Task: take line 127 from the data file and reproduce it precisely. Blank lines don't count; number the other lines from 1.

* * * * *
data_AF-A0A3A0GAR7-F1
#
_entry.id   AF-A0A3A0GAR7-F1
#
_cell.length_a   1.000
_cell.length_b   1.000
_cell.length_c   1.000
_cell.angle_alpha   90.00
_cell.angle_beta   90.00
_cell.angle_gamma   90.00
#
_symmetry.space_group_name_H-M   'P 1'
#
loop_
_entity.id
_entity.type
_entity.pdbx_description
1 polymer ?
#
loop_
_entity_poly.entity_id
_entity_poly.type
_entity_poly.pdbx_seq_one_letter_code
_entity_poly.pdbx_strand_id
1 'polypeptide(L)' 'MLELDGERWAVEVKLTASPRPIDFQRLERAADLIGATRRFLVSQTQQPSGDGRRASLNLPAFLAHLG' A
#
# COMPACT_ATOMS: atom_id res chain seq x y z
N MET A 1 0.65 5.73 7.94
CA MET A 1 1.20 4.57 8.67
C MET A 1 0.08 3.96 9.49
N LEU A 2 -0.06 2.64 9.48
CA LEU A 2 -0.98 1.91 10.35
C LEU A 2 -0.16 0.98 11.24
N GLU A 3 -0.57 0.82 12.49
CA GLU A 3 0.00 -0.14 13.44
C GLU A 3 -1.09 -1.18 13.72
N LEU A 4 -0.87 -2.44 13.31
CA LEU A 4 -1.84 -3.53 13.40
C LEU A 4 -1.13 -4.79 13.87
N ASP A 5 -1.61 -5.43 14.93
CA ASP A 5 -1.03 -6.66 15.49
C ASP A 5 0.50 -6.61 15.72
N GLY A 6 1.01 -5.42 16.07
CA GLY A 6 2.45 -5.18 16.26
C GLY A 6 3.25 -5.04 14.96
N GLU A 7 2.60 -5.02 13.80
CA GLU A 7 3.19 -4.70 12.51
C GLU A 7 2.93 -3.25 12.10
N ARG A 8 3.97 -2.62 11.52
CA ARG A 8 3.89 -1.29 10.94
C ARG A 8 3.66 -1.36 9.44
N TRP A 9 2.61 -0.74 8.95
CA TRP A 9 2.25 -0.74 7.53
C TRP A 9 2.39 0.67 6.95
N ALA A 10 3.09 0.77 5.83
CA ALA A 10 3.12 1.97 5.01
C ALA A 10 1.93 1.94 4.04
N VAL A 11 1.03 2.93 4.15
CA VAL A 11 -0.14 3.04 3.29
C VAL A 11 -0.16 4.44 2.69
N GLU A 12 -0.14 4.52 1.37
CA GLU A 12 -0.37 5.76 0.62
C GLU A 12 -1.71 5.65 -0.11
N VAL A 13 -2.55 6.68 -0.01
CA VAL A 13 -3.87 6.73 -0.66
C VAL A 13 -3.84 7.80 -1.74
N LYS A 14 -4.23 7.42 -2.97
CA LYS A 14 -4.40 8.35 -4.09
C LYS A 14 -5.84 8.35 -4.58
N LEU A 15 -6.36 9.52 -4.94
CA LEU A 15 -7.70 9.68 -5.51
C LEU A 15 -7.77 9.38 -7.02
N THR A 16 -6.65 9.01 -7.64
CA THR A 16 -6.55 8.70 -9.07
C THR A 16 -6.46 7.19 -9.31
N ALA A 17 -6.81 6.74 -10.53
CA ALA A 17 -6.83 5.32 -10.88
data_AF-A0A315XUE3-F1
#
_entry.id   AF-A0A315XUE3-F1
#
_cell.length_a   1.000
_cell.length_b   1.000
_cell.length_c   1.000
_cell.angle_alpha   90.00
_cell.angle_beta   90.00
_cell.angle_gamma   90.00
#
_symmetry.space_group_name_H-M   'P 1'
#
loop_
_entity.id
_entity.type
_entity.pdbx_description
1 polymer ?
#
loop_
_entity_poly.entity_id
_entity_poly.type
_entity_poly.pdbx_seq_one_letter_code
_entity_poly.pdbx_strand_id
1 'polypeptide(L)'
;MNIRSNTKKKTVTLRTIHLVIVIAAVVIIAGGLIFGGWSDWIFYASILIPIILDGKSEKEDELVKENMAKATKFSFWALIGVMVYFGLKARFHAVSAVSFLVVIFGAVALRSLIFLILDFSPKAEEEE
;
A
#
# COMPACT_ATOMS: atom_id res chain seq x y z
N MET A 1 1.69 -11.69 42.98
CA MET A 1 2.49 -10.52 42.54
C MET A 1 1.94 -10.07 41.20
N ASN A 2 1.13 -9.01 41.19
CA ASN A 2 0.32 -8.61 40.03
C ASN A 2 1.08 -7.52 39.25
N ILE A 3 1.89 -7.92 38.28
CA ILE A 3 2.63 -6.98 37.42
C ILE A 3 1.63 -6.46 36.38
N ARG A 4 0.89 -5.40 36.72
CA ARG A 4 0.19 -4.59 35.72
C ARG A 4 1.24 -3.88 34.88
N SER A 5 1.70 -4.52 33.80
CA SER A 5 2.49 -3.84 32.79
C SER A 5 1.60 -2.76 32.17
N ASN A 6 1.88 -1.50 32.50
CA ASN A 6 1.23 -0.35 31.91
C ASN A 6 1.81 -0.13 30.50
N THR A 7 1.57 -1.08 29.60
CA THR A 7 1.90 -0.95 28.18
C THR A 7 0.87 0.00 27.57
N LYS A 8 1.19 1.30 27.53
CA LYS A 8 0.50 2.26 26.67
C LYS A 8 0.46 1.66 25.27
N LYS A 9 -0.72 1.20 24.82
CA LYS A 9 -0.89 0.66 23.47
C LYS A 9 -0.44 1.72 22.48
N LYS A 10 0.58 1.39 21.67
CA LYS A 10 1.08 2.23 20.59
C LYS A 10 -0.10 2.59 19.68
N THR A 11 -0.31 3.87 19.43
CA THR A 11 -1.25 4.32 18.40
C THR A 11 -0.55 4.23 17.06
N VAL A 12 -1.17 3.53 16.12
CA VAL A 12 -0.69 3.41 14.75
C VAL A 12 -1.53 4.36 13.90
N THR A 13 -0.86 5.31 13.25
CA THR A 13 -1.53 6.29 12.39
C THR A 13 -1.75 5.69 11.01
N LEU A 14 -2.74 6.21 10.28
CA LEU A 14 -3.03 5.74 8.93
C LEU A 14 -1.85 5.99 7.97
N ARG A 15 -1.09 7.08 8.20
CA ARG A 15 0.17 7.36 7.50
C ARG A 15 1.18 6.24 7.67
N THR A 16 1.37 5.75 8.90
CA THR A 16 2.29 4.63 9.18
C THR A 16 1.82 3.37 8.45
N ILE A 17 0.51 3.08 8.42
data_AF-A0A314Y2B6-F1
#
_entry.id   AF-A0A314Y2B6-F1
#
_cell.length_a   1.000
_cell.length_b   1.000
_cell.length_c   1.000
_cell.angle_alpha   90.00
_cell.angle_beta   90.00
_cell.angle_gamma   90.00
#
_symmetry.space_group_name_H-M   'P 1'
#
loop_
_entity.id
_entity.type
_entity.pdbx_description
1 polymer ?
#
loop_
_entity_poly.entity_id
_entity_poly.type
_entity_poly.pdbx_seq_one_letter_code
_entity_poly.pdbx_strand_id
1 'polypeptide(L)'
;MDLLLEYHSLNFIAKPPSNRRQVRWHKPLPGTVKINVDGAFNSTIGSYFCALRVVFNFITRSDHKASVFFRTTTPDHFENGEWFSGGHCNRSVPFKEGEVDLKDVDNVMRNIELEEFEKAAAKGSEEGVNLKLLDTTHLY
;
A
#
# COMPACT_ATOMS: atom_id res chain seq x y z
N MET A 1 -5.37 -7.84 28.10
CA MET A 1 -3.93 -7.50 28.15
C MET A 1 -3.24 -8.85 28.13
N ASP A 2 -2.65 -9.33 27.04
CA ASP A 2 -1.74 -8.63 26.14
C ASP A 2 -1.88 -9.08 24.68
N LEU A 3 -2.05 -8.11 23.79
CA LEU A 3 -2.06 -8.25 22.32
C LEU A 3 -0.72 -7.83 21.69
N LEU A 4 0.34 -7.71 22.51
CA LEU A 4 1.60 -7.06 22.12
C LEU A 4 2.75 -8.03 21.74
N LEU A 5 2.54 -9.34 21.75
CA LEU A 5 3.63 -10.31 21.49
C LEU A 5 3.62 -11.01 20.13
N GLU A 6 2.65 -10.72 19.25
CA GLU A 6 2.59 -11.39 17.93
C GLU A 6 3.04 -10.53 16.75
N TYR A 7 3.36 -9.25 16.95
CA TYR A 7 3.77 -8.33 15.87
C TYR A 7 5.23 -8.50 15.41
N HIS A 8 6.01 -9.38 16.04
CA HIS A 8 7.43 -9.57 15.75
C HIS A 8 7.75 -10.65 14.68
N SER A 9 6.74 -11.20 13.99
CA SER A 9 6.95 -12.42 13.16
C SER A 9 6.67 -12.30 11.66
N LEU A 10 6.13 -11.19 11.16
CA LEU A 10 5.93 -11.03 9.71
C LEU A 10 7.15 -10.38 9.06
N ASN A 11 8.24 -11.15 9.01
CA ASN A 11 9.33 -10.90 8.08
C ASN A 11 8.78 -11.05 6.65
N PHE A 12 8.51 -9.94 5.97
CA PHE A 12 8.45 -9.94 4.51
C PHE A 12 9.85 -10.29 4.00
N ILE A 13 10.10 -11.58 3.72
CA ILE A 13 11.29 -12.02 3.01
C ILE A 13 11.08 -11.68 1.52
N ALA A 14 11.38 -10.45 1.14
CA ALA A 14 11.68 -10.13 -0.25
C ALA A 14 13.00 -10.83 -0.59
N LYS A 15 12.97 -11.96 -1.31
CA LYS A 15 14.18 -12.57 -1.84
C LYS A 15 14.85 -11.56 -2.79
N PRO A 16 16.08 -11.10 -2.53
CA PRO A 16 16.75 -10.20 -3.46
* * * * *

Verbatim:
CA THR A 7 1.90 -0.95 28.18